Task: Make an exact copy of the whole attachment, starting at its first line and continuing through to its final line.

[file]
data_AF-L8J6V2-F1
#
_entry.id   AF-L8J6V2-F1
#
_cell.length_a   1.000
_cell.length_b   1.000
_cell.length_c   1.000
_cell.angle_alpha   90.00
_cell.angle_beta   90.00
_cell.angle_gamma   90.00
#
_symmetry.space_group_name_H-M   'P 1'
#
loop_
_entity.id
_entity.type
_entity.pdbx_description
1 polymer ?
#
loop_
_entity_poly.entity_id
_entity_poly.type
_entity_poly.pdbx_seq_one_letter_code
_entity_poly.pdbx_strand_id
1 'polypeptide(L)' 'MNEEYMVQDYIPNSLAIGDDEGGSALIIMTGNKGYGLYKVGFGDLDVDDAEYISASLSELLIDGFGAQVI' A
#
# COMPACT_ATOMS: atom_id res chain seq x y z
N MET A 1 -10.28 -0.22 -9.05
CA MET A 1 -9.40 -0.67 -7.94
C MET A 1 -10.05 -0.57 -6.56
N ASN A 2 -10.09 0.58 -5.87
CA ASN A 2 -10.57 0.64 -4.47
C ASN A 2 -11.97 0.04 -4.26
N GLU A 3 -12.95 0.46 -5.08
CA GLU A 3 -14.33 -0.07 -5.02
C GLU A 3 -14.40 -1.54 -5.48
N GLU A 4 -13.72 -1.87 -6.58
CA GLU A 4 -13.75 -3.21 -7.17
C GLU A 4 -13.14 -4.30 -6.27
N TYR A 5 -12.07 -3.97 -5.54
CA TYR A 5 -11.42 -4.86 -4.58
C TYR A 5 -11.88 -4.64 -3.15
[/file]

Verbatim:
data_AF-L8J6V2-F1
#
_entry.id   AF-L8J6V2-F1
#
_cell.length_a   1.000
_cell.length_b   1.000
_cell.length_c   1.000
_cell.angle_alpha   90.00
_cell.angle_beta   90.00
_cell.angle_gamma   90.00
#
_symmetry.space_group_name_H-M   'P 1'
#
loop_
_entity.id
_entity.type
_entity.pdbx_description
1 polymer ?
#
loop_
_entity_poly.entity_id
_entity_poly.type
_entity_poly.pdbx_seq_one_letter_code
_entity_poly.pdbx_strand_id
1 'polypeptide(L)' 'MNEEYMVQDYIPNSLAIGDDEGGSALIIMTGNKGYGLYKVGFGDLDVDDAEYISASLSELLIDGFGAQVI' A
#
# COMPACT_ATOMS: atom_id res chain seq x y z
N MET A 1 -10.28 -0.22 -9.05
CA MET A 1 -9.40 -0.67 -7.94
C MET A 1 -10.05 -0.57 -6.56
N ASN A 2 -10.09 0.58 -5.87
CA ASN A 2 -10.57 0.64 -4.47
C ASN A 2 -11.97 0.04 -4.26
N GLU A 3 -12.95 0.46 -5.08
CA GLU A 3 -14.33 -0.07 -5.02
C GLU A 3 -14.40 -1.54 -5.48
N GLU A 4 -13.72 -1.87 -6.58
CA GLU A 4 -13.75 -3.21 -7.17
C GLU A 4 -13.14 -4.30 -6.27
N TYR A 5 -12.07 -3.97 -5.54
CA TYR A 5 -11.42 -4.86 -4.58
C TYR A 5 -11.88 -4.64 -3.15